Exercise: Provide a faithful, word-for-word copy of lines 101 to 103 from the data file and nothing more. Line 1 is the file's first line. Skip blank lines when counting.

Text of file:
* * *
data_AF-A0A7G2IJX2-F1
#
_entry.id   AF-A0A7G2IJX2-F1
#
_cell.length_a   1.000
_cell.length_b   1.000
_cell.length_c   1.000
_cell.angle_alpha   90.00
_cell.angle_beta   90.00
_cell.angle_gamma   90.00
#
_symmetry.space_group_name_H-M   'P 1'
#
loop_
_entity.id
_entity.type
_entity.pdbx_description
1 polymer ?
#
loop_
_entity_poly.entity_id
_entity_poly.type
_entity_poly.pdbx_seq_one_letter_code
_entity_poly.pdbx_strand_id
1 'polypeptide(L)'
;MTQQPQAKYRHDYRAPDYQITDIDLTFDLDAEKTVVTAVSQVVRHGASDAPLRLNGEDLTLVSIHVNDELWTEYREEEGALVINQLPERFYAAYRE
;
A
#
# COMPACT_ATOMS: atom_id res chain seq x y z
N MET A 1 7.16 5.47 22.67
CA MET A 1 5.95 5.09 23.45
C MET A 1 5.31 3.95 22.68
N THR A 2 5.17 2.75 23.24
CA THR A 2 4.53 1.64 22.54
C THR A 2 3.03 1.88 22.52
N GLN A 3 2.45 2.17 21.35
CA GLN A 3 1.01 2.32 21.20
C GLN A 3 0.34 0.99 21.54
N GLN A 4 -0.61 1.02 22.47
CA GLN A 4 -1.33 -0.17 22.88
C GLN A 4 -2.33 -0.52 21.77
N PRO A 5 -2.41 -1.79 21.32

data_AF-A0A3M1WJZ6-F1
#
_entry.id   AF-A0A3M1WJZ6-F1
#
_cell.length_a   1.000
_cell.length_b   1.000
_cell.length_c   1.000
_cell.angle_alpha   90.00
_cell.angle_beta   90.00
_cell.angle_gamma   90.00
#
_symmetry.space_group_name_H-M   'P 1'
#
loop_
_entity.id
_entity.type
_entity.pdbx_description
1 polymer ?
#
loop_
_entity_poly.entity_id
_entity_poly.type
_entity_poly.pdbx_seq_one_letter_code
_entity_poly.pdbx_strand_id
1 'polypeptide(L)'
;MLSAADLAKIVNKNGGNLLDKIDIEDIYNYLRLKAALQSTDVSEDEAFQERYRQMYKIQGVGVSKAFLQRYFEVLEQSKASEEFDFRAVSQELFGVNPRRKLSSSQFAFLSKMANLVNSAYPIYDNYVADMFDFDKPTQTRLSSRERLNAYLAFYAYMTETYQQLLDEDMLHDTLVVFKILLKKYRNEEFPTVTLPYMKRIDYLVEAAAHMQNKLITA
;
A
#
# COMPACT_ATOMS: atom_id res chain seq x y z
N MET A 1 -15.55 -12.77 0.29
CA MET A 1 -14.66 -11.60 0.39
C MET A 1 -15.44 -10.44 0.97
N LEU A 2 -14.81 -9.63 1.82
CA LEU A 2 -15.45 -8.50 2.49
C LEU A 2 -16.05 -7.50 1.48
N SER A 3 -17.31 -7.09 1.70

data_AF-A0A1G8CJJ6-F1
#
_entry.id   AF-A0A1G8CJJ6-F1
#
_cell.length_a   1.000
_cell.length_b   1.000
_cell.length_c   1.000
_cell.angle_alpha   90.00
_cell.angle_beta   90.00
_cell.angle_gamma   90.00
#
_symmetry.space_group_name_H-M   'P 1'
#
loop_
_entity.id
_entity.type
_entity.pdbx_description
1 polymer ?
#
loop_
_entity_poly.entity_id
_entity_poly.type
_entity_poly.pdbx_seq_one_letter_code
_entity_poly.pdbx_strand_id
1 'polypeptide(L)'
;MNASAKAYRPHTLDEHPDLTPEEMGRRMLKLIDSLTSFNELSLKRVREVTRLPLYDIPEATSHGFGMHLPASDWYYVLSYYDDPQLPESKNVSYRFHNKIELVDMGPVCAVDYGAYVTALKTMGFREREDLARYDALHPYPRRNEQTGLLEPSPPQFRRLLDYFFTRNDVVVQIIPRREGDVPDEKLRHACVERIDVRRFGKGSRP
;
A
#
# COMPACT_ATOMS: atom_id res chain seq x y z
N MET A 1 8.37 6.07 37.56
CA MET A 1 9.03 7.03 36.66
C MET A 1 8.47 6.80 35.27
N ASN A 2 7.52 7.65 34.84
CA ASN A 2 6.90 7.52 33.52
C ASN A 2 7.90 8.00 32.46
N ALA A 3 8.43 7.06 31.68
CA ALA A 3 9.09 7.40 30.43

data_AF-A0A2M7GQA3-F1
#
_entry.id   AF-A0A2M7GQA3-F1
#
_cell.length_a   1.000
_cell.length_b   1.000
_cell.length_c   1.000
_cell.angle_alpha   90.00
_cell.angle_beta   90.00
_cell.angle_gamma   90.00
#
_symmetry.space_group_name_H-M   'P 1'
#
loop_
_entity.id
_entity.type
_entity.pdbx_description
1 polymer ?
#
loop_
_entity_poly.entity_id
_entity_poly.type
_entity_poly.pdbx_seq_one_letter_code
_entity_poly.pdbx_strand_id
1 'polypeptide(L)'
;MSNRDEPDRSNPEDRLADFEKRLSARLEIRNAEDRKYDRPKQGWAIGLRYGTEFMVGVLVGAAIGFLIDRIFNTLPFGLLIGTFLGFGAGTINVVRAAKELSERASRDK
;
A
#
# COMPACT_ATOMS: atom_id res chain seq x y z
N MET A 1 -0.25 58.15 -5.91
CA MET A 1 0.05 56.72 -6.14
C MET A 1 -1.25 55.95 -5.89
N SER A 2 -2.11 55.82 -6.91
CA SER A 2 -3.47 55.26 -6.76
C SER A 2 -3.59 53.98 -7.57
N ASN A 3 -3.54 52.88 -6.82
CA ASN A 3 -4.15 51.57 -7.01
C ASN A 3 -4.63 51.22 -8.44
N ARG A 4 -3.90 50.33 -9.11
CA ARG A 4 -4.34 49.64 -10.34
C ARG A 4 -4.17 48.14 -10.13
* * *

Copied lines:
_entity_poly.entity_id
_entity_poly.type
_entity_poly.pdbx_seq_one_letter_code